While he was in Project Freelancer, Washington and other solders often felt uncomfortable with other members. Not all of them, but he often worried about getting on South Dakota's bad side and Maine walked around with such a ferocity that Washington was always put on edge.

So why did Donut's discomfort bother him so much? It was certainly justified. Washington wanted to know but even more-so he wanted to fix it. He tried to think back on the trust exercises Dr. Gray had mentioned but he had walked out in the middle of the conversation and forgotten it. He could easily ask her for the recommendation list again but how would he approach the subject with Donut?

He was contemplating his options when he was called to the communications room. When he entered the room, he was greeted by Doyle, Locus, and Donut, who took a step back.

"Sorry to bother you so suddenly," said Doyle. "But we're getting a feed from Garcia!"

"He's alive?" All thoughts of distrust and exercises were pushed aside as he rushed to stand next to Donut so he could get a better read on the screen.

During a recon mission, Garcia and the rest of his unit went missing during a retreat. The feds assumed them dead and cut off the search.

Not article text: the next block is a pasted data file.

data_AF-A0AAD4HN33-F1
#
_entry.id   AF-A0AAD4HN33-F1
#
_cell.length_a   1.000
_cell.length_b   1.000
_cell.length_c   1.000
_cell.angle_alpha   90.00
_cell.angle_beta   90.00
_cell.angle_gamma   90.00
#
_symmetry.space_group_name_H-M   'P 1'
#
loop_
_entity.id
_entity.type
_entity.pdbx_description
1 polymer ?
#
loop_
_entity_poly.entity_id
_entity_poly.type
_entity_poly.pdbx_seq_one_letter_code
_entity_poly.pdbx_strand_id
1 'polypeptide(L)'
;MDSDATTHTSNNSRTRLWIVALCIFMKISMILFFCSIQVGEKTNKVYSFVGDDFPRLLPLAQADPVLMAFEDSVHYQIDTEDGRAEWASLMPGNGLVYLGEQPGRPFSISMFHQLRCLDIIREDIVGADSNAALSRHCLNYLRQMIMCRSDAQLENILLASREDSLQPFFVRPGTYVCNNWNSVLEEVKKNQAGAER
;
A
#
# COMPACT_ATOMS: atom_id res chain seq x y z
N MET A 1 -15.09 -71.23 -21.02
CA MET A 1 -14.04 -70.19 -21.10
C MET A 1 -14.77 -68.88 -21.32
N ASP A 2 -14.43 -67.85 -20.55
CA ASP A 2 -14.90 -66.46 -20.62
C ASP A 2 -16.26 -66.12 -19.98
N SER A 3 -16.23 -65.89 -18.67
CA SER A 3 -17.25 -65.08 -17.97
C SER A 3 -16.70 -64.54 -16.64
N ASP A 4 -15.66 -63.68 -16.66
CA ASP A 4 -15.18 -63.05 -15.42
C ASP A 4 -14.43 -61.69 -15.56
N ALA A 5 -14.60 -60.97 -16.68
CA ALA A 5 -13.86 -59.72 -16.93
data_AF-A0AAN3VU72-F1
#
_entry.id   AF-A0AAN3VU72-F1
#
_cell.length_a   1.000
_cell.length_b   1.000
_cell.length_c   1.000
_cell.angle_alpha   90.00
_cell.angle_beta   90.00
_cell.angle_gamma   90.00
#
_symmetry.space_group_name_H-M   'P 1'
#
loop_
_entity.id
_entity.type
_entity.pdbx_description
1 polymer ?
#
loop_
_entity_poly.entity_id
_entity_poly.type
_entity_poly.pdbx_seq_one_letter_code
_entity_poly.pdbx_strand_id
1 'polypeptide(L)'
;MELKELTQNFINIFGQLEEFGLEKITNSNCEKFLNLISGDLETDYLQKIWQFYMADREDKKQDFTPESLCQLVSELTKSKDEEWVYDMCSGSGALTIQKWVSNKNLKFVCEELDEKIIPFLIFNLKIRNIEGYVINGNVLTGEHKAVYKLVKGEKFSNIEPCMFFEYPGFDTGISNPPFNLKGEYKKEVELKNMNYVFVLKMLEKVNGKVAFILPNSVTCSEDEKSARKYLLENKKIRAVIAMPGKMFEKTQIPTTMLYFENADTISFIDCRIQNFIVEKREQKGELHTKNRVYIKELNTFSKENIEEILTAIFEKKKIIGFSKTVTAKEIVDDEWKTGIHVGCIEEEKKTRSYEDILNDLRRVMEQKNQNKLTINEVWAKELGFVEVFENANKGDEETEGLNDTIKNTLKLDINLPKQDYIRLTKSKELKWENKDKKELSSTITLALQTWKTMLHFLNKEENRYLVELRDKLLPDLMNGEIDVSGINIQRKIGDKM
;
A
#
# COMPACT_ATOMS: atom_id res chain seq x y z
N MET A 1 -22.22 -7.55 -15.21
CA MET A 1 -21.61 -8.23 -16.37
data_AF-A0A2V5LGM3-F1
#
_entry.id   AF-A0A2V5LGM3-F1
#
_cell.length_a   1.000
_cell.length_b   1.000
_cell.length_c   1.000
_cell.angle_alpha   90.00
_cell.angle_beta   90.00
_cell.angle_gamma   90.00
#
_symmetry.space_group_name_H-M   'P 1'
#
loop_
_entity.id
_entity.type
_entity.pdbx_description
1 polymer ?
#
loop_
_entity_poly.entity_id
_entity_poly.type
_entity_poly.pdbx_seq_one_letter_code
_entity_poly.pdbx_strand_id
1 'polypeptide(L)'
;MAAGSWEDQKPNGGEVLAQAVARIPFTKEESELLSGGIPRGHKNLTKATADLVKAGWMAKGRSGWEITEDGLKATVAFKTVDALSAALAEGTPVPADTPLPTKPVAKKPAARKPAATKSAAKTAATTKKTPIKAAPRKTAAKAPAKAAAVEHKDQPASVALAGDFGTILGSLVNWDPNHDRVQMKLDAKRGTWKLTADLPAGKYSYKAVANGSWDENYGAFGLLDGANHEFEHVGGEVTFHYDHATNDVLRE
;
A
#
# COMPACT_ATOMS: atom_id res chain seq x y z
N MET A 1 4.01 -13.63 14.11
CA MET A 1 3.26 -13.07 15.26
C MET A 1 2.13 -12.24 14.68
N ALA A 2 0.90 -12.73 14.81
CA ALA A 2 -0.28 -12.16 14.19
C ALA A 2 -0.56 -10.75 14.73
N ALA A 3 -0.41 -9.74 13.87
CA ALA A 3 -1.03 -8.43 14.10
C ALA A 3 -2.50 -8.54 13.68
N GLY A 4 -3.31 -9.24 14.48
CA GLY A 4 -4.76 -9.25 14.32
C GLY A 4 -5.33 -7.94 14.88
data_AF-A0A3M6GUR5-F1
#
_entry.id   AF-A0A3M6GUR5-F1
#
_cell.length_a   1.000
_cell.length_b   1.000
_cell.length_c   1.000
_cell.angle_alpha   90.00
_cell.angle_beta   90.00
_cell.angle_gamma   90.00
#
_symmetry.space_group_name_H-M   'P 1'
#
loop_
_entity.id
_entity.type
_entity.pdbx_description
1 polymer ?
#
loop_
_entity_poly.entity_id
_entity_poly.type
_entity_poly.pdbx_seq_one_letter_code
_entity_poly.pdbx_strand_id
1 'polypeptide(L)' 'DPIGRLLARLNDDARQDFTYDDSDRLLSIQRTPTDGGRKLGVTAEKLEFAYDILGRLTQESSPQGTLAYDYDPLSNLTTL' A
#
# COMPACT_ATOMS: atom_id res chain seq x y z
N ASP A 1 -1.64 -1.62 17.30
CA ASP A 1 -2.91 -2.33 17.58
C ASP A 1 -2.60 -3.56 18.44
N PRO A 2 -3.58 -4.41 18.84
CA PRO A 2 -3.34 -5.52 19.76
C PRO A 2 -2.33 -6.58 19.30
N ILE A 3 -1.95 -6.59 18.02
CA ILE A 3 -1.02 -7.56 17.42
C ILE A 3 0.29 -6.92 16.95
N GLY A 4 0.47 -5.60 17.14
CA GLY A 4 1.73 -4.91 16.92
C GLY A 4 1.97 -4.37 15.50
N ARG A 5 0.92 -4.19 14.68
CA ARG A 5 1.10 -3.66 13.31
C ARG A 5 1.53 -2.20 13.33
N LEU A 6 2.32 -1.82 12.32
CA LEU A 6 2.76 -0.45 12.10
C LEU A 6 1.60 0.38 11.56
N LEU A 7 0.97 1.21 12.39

"Yes, he's alive, but damaged," Doyle went on to say. "He was able to fix his radio to contact us but he's stuck."

Sudden Spanish garbled through the speakers of the console. The video feed on the screen wasn't working it seemed so they were relying entirely on the audio. However...

Donut began to speak his broken Spanish back to the mic. He then turned to Doyle. "He says his storage files are unharmed."

"That's splendid! Tell him we're working on a rescue team."

"Why is he only speaking Spanish?" asked Washington. Last he recalled, Garcia could speak English too.

"Oh, he's only been able to speak Spanish but his helmet's been able to translate for him," explained Donut. "But he says his translator is broken."

"Wait," interrupted Washington. "We have technology like that?"